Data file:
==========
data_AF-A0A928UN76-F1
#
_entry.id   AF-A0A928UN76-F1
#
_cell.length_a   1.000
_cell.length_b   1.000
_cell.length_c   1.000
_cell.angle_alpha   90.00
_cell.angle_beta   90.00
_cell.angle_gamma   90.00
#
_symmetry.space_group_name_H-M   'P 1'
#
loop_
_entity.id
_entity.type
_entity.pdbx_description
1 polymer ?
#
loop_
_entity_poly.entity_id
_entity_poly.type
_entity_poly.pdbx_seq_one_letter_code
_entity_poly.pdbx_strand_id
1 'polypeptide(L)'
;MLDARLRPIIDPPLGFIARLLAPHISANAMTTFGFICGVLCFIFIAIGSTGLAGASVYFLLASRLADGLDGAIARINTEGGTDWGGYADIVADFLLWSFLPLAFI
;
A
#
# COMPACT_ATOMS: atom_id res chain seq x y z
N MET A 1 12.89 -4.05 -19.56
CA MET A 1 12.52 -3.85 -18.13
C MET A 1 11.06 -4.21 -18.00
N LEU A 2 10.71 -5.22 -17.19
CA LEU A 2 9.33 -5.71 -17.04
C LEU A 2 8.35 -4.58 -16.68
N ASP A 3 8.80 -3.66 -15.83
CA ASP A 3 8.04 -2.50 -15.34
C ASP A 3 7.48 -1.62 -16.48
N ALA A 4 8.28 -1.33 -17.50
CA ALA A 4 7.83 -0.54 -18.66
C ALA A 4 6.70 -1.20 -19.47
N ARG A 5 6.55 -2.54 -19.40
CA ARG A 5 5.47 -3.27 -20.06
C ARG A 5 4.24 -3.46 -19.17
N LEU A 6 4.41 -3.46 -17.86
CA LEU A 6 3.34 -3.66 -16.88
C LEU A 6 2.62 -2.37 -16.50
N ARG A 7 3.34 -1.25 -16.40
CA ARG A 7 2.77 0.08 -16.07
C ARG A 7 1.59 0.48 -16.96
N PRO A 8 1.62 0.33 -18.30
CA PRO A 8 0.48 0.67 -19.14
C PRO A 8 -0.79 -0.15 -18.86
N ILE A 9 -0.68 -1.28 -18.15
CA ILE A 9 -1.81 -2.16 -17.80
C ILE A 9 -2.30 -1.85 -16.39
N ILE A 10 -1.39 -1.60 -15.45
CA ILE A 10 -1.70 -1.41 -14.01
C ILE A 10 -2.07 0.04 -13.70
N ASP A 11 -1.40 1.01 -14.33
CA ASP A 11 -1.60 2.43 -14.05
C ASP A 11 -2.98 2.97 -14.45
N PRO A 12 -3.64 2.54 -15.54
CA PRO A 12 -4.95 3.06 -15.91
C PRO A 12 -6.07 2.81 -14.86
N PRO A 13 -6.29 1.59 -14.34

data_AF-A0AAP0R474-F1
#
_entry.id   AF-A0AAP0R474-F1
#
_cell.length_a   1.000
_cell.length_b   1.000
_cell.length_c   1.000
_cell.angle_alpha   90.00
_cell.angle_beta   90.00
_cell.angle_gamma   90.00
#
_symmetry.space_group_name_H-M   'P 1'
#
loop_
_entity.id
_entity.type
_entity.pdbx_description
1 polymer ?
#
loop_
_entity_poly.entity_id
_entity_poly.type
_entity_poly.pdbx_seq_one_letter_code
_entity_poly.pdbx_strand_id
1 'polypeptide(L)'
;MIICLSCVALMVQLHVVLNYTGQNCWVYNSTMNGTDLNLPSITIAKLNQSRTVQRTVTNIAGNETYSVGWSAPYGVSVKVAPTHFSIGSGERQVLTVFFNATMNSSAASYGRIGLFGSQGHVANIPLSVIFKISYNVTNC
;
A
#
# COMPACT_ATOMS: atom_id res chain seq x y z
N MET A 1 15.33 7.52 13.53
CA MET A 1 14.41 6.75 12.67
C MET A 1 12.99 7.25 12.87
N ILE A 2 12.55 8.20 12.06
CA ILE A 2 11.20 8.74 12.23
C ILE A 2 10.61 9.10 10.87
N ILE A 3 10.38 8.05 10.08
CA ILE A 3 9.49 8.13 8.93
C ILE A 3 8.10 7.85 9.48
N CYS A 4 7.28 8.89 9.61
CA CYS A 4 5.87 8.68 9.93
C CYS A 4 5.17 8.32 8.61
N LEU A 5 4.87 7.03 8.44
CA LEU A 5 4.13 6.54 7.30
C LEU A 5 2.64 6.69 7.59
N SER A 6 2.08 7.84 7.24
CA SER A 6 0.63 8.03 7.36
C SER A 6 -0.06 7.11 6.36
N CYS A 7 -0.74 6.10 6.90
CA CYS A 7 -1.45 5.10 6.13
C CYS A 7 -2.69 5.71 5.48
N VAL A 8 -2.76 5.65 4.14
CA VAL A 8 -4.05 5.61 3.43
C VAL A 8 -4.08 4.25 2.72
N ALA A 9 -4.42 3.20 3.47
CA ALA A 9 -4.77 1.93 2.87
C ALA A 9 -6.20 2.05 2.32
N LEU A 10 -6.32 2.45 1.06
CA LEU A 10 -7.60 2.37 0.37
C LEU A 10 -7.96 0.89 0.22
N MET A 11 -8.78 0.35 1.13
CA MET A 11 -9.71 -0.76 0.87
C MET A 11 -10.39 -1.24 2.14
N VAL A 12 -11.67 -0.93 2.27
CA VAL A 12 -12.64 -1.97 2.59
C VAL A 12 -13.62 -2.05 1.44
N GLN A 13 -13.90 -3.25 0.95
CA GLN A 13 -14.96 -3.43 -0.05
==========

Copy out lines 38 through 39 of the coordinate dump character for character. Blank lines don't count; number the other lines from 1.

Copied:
CA ASP A 3 8.04 -2.50 -15.34
C ASP A 3 7.48 -1.62 -16.48